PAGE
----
Mr. Worzel, who has been the architect of Nordstrom’s Closer to You strategy, now assumes strategic responsibility for the company’s customers across its businesses. He will oversee e-commerce, digital operations, marketing, credit and the Nordy Club loyalty program.

Nordstrom’s digital businesses represented 42 percent of the company’s total in 2021. Mr. Worzel, who has been Nordstrom’s chief operating officer since 2018, previously served as executive vice president, strategy and development, and chief digital officer.

Jamie Nordstrom, who will continue as president of Nordstromstores, a position he has held since 2014, will add oversight of operations strategy and execution for Nordstrom Rack to his responsibilities.

Mr. Nordstom will focus on bringing together the company’s store operations with its merchandising and supply chain functions. He will benefit from an expanded team of senior leaders with off-price experience.

DISCUSSION QUESTIONS: What do you see as the pros and cons of Nordstrom’s plan to consolidate its leadership team for its full-line department stores and its Rack business? How likely is the new structure to produce meaningful results?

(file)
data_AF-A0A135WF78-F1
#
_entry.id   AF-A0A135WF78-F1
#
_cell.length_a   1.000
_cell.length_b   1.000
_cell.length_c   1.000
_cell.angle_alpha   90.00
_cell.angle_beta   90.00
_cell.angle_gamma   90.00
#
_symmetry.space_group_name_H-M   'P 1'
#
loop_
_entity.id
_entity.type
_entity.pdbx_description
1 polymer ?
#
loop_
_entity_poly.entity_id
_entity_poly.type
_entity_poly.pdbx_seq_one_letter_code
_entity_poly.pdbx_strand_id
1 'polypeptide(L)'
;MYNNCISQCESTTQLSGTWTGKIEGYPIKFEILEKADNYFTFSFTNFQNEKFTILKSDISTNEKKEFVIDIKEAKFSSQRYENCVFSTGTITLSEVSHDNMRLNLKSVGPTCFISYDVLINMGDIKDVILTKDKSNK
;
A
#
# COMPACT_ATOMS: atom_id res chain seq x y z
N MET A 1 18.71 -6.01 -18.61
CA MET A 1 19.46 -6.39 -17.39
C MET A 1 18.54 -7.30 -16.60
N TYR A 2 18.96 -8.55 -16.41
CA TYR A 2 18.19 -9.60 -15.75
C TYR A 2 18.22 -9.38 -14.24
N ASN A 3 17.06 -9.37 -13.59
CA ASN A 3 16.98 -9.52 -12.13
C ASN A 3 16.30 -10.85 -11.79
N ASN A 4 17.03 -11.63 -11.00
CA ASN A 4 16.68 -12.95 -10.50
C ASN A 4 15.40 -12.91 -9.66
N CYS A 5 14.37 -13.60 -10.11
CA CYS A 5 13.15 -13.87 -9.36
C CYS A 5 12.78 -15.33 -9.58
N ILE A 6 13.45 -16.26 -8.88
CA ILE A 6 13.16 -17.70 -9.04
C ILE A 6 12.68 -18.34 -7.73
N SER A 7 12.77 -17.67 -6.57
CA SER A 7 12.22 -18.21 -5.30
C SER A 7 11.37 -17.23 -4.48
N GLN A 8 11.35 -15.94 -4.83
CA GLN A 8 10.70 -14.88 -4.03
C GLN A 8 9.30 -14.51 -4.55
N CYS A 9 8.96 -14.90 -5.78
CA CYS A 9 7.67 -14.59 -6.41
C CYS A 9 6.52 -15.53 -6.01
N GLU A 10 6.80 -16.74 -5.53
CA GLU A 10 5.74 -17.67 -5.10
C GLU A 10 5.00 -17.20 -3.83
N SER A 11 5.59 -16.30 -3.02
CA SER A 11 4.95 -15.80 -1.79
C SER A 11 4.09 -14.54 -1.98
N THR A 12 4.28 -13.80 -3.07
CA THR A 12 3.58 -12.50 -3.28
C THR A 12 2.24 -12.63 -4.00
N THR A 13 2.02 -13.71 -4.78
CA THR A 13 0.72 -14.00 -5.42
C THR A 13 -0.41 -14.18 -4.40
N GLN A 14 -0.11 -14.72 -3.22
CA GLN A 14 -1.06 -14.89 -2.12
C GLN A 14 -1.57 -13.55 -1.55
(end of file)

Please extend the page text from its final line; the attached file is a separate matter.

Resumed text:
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"If both platforms are supposed to be under the same umbrella brand in consumers’ minds, a consolidated leadership strategy makes the most sense."

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19 Comments on "Nordstrom brings leadership for department stores and Rack under one roof"

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Carol Spieckerman

I can’t see any drawbacks to Nordstrom’s decision to tighten up its leadership team. Nordstrom is one of the few softlines retailers that is still seen as a brand rather than just a place that sells brands. Consolidating leadership and operations for Rack and its full-line department stores will drive efficiencies and further safeguard brand integrity.